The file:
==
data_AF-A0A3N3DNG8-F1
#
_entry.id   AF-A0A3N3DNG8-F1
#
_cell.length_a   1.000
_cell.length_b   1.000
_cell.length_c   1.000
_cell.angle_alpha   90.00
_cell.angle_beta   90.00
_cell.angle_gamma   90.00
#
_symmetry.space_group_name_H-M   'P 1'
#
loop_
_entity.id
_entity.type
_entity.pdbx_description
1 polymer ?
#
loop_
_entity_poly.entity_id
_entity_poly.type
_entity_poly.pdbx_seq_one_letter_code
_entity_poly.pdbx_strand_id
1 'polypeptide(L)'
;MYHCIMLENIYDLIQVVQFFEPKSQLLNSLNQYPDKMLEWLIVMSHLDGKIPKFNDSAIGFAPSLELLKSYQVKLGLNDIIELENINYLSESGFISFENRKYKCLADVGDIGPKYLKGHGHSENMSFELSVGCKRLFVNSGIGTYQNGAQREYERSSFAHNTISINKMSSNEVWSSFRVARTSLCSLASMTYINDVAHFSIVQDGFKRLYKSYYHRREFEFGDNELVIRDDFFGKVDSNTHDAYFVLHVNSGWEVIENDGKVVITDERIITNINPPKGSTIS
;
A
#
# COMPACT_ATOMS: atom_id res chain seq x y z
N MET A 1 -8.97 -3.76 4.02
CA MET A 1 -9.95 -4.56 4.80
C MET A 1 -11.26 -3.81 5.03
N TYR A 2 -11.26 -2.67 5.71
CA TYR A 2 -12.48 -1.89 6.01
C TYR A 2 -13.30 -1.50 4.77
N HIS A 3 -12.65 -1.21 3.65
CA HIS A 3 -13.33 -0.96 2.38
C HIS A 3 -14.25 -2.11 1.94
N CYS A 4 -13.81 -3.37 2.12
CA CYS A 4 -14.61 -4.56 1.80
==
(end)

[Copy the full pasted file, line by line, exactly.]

data_AF-A0A3N3DNG8-F1
#
_entry.id   AF-A0A3N3DNG8-F1
#
_cell.length_a   1.000
_cell.length_b   1.000
_cell.length_c   1.000
_cell.angle_alpha   90.00
_cell.angle_beta   90.00
_cell.angle_gamma   90.00
#
_symmetry.space_group_name_H-M   'P 1'
#
loop_
_entity.id
_entity.type
_entity.pdbx_description
1 polymer ?
#
loop_
_entity_poly.entity_id
_entity_poly.type
_entity_poly.pdbx_seq_one_letter_code
_entity_poly.pdbx_strand_id
1 'polypeptide(L)'
;MYHCIMLENIYDLIQVVQFFEPKSQLLNSLNQYPDKMLEWLIVMSHLDGKIPKFNDSAIGFAPSLELLKSYQVKLGLNDIIELENINYLSESGFISFENRKYKCLADVGDIGPKYLKGHGHSENMSFELSVGCKRLFVNSGIGTYQNGAQREYERSSFAHNTISINKMSSNEVWSSFRVARTSLCSLASMTYINDVAHFSIVQDGFKRLYKSYYHRREFEFGDNELVIRDDFFGKVDSNTHDAYFVLHVNSGWEVIENDGKVVITDERIITNINPPKGSTIS
;
A
#
# COMPACT_ATOMS: atom_id res chain seq x y z
N MET A 1 -8.97 -3.76 4.02
CA MET A 1 -9.95 -4.56 4.80
C MET A 1 -11.26 -3.81 5.03
N TYR A 2 -11.26 -2.67 5.71
CA TYR A 2 -12.48 -1.89 6.01
C TYR A 2 -13.30 -1.50 4.77
N HIS A 3 -12.65 -1.21 3.65
CA HIS A 3 -13.33 -0.96 2.38
C HIS A 3 -14.25 -2.11 1.94
N CYS A 4 -13.81 -3.37 2.12
CA CYS A 4 -14.61 -4.56 1.80